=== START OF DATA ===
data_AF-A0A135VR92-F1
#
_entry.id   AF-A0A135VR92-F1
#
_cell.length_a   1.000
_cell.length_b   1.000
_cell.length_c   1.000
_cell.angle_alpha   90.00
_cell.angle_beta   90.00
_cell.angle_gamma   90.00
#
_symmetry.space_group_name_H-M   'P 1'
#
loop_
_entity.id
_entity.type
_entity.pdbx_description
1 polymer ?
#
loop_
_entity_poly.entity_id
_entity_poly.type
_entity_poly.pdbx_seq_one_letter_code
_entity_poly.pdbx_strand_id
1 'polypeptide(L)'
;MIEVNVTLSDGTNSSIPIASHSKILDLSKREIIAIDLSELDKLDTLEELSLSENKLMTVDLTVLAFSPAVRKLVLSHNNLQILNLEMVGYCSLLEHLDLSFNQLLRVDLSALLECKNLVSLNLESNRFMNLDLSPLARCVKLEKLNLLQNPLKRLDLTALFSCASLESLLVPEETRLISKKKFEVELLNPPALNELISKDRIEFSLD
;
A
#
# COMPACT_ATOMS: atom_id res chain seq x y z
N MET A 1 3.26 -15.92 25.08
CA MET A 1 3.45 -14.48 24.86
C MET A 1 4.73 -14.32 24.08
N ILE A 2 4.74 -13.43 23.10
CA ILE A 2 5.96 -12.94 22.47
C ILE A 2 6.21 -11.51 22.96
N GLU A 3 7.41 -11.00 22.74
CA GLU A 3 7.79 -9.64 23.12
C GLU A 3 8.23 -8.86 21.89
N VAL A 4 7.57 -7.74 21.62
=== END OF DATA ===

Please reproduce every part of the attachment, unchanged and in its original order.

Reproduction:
data_AF-A0A135VR92-F1
#
_entry.id   AF-A0A135VR92-F1
#
_cell.length_a   1.000
_cell.length_b   1.000
_cell.length_c   1.000
_cell.angle_alpha   90.00
_cell.angle_beta   90.00
_cell.angle_gamma   90.00
#
_symmetry.space_group_name_H-M   'P 1'
#
loop_
_entity.id
_entity.type
_entity.pdbx_description
1 polymer ?
#
loop_
_entity_poly.entity_id
_entity_poly.type
_entity_poly.pdbx_seq_one_letter_code
_entity_poly.pdbx_strand_id
1 'polypeptide(L)'
;MIEVNVTLSDGTNSSIPIASHSKILDLSKREIIAIDLSELDKLDTLEELSLSENKLMTVDLTVLAFSPAVRKLVLSHNNLQILNLEMVGYCSLLEHLDLSFNQLLRVDLSALLECKNLVSLNLESNRFMNLDLSPLARCVKLEKLNLLQNPLKRLDLTALFSCASLESLLVPEETRLISKKKFEVELLNPPALNELISKDRIEFSLD
;
A
#
# COMPACT_ATOMS: atom_id res chain seq x y z
N MET A 1 3.26 -15.92 25.08
CA MET A 1 3.45 -14.48 24.86
C MET A 1 4.73 -14.32 24.08
N ILE A 2 4.74 -13.43 23.10
CA ILE A 2 5.96 -12.94 22.47
C ILE A 2 6.21 -11.51 22.96
N GLU A 3 7.41 -11.00 22.74
CA GLU A 3 7.79 -9.64 23.12
C GLU A 3 8.23 -8.86 21.89
N VAL A 4 7.57 -7.74 21.62